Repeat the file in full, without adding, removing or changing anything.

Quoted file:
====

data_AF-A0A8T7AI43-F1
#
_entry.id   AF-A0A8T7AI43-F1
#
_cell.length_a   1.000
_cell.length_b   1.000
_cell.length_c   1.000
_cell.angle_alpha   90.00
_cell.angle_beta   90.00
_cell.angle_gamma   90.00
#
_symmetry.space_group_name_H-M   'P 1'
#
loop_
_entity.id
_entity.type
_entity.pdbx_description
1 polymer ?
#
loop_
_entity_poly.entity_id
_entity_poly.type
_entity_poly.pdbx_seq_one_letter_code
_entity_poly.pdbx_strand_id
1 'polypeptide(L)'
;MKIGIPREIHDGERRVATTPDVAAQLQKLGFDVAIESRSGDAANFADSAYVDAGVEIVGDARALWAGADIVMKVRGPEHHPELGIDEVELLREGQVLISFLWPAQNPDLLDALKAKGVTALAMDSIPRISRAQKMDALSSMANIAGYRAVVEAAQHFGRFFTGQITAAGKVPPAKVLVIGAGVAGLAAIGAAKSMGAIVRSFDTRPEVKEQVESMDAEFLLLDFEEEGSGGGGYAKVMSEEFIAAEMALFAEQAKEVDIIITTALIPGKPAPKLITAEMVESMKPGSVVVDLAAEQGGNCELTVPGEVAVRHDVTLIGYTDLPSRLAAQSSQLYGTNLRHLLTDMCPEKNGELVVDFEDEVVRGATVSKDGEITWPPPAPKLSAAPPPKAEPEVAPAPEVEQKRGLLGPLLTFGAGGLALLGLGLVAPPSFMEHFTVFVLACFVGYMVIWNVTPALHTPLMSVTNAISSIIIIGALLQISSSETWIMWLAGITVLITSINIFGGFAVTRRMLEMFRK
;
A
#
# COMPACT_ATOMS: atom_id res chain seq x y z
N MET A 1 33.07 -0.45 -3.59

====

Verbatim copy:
data_AF-A0A8T7AI43-F1
#
_entry.id   AF-A0A8T7AI43-F1
#
_cell.length_a   1.000
_cell.length_b   1.000
_cell.length_c   1.000
_cell.angle_alpha   90.00
_cell.angle_beta   90.00
_cell.angle_gamma   90.00
#
_symmetry.space_group_name_H-M   'P 1'
#
loop_
_entity.id
_entity.type
_entity.pdbx_description
1 polymer ?
#
loop_
_entity_poly.entity_id
_entity_poly.type
_entity_poly.pdbx_seq_one_letter_code
_entity_poly.pdbx_strand_id
1 'polypeptide(L)'
;MKIGIPREIHDGERRVATTPDVAAQLQKLGFDVAIESRSGDAANFADSAYVDAGVEIVGDARALWAGADIVMKVRGPEHHPELGIDEVELLREGQVLISFLWPAQNPDLLDALKAKGVTALAMDSIPRISRAQKMDALSSMANIAGYRAVVEAAQHFGRFFTGQITAAGKVPPAKVLVIGAGVAGLAAIGAAKSMGAIVRSFDTRPEVKEQVESMDAEFLLLDFEEEGSGGGGYAKVMSEEFIAAEMALFAEQAKEVDIIITTALIPGKPAPKLITAEMVESMKPGSVVVDLAAEQGGNCELTVPGEVAVRHDVTLIGYTDLPSRLAAQSSQLYGTNLRHLLTDMCPEKNGELVVDFEDEVVRGATVSKDGEITWPPPAPKLSAAPPPKAEPEVAPAPEVEQKRGLLGPLLTFGAGGLALLGLGLVAPPSFMEHFTVFVLACFVGYMVIWNVTPALHTPLMSVTNAISSIIIIGALLQISSSETWIMWLAGITVLITSINIFGGFAVTRRMLEMFRK
;
A
#
# COMPACT_ATOMS: atom_id res chain seq x y z
N MET A 1 33.07 -0.45 -3.59